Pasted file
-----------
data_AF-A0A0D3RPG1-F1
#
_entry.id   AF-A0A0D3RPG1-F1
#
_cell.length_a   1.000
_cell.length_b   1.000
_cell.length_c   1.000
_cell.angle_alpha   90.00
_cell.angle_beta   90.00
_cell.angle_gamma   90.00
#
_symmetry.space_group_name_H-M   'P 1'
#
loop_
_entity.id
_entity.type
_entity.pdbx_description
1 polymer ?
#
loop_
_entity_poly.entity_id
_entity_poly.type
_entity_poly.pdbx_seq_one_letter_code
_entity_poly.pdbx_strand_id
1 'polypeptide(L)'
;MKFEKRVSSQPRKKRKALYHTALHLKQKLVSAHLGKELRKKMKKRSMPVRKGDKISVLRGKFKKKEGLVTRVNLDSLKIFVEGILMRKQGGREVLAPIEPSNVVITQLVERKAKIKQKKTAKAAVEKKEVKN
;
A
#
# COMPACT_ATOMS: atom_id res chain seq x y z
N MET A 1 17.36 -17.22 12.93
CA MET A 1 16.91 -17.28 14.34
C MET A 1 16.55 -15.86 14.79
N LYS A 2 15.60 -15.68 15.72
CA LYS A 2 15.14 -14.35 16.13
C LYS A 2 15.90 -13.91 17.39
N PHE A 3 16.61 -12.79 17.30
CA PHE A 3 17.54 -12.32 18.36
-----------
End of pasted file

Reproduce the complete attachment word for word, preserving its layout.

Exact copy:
data_AF-A0A0D3RPG1-F1
#
_entry.id   AF-A0A0D3RPG1-F1
#
_cell.length_a   1.000
_cell.length_b   1.000
_cell.length_c   1.000
_cell.angle_alpha   90.00
_cell.angle_beta   90.00
_cell.angle_gamma   90.00
#
_symmetry.space_group_name_H-M   'P 1'
#
loop_
_entity.id
_entity.type
_entity.pdbx_description
1 polymer ?
#
loop_
_entity_poly.entity_id
_entity_poly.type
_entity_poly.pdbx_seq_one_letter_code
_entity_poly.pdbx_strand_id
1 'polypeptide(L)'
;MKFEKRVSSQPRKKRKALYHTALHLKQKLVSAHLGKELRKKMKKRSMPVRKGDKISVLRGKFKKKEGLVTRVNLDSLKIFVEGILMRKQGGREVLAPIEPSNVVITQLVERKAKIKQKKTAKAAVEKKEVKN
;
A
#
# COMPACT_ATOMS: atom_id res chain seq x y z
N MET A 1 17.36 -17.22 12.93
CA MET A 1 16.91 -17.28 14.34
C MET A 1 16.55 -15.86 14.79
N LYS A 2 15.60 -15.68 15.72
CA LYS A 2 15.14 -14.35 16.13
C LYS A 2 15.90 -13.91 17.39
N PHE A 3 16.61 -12.79 17.30
CA PHE A 3 17.54 -12.32 18.36